“Suburbia is where the developer bulldozes out the trees, then names the streets after them.”

Bill Vaughan (1915-1977)

Today’s quote of the day got me thinking about a passage in State of Fear (check out the looonnngggg comments by Ian and me…). The writer mentions the situation in Yellowstone National Park in the US. It was the first national park in the world, and is pretty big and impressive. However, not long after it was set up, the park officials were worried about the number of wolves in the park and set an order to cull them. Due to the lack of predators, animals like elks became much more abundant in numbers, and hence consumed more food. The plants that they eat are the same that the beavers eat…hence leading to a decline in beavers, and a reduction in the number of ponds because they build less damns.

Less ponds in turn led to less succulent plants, a particular delicacy for a number of other animals including the grizzly bear when it emerges from that lazy time it calls hibernation. But also, the change in the water flow (from standing water to running water) saw a decline in the number of trout and other species that lived or thrived on the ponds.

A decision made in recent years to reintroduce the wolf has seen changes that were unexpected. Beaver numbers increased and elks numbers decreased, but many other animals were also affected. Coyotes numbers have declined due to the presence of a larger predator, and smaller predators have been able to feed off the wolves leftovers giving rising numbers of grizzlies, eagles, magpies and ravens. A decline in coyotes however, saw a huge increase in smaller animals that they feed on such as field mice and other rodents, which in turn provides more food for foxes…who’s numbers are on the increase.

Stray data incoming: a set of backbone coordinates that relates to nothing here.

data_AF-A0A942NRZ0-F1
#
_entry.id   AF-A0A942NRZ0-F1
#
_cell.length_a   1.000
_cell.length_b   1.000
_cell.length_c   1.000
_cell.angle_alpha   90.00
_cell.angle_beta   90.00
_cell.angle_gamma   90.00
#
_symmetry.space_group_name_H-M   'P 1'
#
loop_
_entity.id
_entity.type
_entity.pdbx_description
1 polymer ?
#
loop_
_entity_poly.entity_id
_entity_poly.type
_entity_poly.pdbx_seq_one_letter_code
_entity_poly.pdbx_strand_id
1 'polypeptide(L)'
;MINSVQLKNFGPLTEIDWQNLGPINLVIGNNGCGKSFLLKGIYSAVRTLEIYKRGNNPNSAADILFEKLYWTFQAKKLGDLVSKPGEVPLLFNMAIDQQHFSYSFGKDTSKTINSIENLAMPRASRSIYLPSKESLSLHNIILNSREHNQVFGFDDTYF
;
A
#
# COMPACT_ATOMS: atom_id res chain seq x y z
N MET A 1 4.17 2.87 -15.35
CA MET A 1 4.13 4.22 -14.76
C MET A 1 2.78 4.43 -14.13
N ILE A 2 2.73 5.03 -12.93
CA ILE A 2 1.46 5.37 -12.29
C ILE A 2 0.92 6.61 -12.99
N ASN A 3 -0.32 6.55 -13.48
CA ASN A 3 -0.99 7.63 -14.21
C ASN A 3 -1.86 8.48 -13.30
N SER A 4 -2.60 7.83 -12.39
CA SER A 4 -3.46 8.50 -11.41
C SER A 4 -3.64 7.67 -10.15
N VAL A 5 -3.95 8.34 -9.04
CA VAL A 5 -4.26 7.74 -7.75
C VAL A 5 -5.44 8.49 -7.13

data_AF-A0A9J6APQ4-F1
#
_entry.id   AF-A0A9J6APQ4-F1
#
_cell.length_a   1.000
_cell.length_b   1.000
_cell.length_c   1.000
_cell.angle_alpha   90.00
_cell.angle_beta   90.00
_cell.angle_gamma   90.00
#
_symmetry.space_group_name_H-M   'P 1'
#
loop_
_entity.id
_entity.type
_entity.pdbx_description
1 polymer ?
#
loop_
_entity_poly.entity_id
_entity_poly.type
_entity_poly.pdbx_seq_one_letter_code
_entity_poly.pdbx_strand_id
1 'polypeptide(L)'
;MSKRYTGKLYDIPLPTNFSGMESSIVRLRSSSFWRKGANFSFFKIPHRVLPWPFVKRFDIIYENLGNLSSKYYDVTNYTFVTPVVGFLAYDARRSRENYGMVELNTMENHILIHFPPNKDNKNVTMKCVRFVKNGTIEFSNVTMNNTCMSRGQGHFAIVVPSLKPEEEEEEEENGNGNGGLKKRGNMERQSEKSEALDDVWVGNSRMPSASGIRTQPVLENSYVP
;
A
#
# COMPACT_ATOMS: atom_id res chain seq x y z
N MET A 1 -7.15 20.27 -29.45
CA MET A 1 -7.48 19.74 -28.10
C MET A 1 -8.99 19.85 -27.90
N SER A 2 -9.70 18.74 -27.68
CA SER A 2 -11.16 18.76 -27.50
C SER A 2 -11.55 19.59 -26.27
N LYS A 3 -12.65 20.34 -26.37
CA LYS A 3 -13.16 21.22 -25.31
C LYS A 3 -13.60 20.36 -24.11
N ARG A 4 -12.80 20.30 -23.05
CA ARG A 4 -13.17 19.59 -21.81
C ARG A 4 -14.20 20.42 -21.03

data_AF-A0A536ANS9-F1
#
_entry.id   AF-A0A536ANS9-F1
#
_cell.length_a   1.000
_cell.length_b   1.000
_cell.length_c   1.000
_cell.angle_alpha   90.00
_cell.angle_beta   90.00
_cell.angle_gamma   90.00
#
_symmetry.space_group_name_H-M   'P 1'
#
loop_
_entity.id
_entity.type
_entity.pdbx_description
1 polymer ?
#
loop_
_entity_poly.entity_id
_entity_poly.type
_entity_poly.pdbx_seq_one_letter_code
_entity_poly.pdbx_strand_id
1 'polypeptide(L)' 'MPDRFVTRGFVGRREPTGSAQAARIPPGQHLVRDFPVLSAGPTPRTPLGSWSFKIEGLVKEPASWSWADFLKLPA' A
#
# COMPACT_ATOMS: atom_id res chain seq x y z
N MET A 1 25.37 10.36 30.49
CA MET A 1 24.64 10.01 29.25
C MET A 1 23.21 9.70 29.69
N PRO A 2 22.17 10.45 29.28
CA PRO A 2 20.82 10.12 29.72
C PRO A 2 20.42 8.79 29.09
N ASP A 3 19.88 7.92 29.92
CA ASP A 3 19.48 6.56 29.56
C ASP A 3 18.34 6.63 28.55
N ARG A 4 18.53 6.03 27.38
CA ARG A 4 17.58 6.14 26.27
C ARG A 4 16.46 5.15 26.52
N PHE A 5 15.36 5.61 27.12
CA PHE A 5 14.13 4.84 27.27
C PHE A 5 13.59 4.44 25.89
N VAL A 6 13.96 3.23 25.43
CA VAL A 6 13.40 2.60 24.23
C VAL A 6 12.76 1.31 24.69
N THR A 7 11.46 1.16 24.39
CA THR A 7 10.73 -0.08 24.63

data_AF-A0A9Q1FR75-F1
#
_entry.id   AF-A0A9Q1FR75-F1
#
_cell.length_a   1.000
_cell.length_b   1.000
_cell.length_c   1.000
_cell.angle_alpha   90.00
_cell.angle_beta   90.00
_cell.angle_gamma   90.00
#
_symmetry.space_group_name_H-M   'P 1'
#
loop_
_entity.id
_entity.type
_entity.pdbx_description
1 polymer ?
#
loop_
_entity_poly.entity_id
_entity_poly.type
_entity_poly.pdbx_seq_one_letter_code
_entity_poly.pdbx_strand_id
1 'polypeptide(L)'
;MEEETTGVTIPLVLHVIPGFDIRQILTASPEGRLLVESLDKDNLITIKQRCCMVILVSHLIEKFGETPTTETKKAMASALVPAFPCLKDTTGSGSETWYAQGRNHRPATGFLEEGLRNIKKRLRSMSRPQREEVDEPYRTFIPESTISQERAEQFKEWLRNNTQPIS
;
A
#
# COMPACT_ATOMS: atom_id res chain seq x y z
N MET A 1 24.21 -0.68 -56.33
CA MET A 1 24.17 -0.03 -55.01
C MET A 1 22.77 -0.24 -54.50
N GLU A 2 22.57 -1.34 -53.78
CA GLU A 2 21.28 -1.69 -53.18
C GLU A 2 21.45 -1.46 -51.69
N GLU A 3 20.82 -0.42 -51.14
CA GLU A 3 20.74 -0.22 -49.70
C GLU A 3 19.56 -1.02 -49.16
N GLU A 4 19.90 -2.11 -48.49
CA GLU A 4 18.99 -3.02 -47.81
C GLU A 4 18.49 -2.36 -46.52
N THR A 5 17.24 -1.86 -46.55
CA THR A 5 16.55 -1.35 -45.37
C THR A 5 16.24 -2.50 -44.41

This example does a fine job of pointing out how little we actually know about nature. Man is too quick to jump to conclusions due to his constant belief that he knows best. However, it also points out that there is no harmony in nature. We cannot attempt to preserve the world just the way it is (we can’t even manage our own gardens)…it is constantly changing, what we have to do is adapt. I’m not saying we should try to change it…just that we should let it run it’s course and do our best to fit in with it.